6: Maintain ventilation: A humidistat helps to monitor and maintain the relative humidity in the air. A pneumatic thermostat is used to provide proportional control of pneumatic valves and damper actuators in heating and air conditioning systems. All the humidistats and pneumatic thermostats should be electronic so that they can be tied to a digital control system. The digital control system should also control the air volume damper actuator, as well as air-handling unit (AHU). Outside air-handing units can be installed to provide outside air for the facility and all of the air can be dehumidified. This allows for higher discharge air temperature set points on the remaining air handling units and can save significant cooling energy use.
7: Operations and maintenance program: Operations and maintenance programs at regular intervals like monthly, quarterly and annually can help with saving on energy bills by as much as 20 percent. Some of the maintenance tasks would be regular tune-ups, calibrating sensors, inspecting and replacing air filters and heating coils, cleaning some of the vents and valves, retro-commissioning outdated equipment, detecting and sealing leaks, monitoring and maintaining oil levels and verifying various systems for the optimal operating levels.
8: Metering systems: Ensure each facility has its own meters for electric, gas, fuel oil and steam. It is important that most of these meters – especially the electric meter – measures the demand at regular intervals of time. This data helps to measure, verify and optimize the energy consumption in the building. Smart electric and water heating meters (solid state or digital meters) should be installed to measure and provide accurate and detailed reporting of the consumption of energy. Connecting the smart meters to a data storage technology will allow for real-time data processing of the building’s operating conditions, as well as energy consumption patterns.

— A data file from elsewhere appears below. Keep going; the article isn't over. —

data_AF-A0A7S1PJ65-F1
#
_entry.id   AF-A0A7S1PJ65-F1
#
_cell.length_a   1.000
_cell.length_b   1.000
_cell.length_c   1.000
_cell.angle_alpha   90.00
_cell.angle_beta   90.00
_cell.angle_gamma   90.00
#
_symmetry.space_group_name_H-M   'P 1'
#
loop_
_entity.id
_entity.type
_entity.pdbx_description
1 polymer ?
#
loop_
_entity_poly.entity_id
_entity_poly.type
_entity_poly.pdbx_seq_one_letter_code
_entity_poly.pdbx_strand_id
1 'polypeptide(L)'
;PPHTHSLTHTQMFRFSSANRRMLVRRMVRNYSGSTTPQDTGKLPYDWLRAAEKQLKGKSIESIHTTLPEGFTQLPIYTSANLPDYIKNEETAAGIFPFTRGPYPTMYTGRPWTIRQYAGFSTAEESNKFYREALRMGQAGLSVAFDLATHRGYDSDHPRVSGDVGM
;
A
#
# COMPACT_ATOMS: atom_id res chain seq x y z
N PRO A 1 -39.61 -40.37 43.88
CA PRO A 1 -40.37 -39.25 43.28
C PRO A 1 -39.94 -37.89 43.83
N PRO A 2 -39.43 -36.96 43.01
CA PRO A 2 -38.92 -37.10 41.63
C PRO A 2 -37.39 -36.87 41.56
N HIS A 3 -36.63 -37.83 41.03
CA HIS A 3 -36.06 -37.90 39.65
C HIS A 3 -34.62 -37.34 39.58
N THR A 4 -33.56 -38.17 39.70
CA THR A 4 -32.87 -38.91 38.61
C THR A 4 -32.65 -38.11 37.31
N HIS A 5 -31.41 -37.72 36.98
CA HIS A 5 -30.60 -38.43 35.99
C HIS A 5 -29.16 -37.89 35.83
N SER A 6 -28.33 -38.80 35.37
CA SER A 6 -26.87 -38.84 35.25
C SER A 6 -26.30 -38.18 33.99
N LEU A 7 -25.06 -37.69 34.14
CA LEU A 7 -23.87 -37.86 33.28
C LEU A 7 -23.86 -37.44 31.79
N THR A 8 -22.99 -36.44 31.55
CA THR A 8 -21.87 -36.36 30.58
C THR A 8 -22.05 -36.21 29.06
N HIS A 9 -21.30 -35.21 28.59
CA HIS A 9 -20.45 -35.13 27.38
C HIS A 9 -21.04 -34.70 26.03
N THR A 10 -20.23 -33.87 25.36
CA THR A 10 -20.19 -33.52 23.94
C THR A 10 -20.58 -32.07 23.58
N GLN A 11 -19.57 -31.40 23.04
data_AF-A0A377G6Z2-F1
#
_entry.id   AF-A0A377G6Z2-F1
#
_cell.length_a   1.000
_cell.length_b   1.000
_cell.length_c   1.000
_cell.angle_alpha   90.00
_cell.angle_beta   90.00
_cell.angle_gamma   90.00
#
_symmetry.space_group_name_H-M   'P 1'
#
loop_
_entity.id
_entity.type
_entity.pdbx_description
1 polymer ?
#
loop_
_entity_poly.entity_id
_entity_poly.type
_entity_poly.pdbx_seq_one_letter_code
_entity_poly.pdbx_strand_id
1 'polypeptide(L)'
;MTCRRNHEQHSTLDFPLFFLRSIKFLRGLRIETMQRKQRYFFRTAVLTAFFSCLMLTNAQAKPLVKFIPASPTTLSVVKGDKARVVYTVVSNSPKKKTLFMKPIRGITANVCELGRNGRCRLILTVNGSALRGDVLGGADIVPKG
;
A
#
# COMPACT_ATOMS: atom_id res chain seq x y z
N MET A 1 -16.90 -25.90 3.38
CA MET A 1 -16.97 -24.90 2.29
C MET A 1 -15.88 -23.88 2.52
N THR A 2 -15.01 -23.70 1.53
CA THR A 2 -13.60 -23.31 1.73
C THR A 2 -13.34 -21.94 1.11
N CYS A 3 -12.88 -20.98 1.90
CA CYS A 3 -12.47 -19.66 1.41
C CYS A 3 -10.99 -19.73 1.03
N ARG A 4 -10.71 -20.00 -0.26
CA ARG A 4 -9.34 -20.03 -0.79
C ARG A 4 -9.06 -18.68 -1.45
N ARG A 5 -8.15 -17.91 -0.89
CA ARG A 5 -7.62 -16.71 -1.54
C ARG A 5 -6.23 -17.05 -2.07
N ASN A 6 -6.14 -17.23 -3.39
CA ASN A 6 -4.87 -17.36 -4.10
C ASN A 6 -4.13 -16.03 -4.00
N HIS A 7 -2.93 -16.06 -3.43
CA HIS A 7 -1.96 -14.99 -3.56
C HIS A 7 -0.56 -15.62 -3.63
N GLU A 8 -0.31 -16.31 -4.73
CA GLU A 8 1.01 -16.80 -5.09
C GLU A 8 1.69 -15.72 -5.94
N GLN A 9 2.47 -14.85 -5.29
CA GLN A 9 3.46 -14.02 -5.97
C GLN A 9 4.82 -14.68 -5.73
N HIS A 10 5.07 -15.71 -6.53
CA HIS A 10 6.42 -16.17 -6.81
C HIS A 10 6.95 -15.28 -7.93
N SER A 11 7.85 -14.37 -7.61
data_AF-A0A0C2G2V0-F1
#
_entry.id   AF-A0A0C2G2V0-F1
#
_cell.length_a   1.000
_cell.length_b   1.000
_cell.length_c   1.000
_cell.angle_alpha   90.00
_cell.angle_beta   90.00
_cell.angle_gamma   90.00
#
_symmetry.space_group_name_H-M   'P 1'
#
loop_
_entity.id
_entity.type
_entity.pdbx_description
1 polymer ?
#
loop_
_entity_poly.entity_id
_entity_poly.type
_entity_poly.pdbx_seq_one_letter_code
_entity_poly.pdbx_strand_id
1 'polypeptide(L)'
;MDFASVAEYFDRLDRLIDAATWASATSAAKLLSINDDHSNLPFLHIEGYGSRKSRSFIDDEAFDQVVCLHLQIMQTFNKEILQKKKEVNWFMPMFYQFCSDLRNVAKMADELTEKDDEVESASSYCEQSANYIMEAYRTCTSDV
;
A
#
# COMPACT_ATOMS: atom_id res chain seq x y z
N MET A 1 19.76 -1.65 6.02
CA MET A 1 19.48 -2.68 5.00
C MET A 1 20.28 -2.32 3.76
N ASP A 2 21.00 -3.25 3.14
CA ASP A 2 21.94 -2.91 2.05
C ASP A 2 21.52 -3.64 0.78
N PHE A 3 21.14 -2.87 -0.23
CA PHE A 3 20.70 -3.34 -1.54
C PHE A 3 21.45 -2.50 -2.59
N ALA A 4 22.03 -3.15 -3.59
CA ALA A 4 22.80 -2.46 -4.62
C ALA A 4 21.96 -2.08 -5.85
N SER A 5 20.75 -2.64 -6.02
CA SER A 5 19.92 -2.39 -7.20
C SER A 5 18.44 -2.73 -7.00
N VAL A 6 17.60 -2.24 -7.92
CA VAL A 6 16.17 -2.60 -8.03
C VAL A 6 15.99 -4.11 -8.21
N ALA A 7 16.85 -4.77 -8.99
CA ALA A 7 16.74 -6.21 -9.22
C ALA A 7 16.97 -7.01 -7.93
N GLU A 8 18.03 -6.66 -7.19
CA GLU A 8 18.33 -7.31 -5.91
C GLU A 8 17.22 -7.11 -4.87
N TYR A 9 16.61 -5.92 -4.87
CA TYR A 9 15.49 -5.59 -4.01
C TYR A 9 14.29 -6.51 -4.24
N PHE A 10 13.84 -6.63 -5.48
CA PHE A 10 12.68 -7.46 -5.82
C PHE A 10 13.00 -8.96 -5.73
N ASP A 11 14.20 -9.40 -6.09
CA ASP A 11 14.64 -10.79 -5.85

9: Hot water systems: Hot water storage tanks typically use a lot of energy for stand-by water usage. Replacing these with tankless natural gas and electric water heaters will result in energy savings to the order of 25 percent. Reducing the hot water set point can also help with energy conservation. Using heat pump water heaters reduces energy use by 40 percent to 60 percent, compared to a standard electric resistance heater, with payback periods typically less than three years.
10: New technologies: Use of LED and plasma lighting has many advantages. LED lights are robust, use little energy and have a long life. They are dimmable, turn on instantly and have no ultraviolet or infrared components.
Plasma lighting has advantages that make them a good fit for a variety of lighting applications. Plasma light bulbs use all benign materials in their construction and offer high-efficacy, long life (20,000 – 60,000 hours), constant light output over the life of the bulb and excellent color rendering.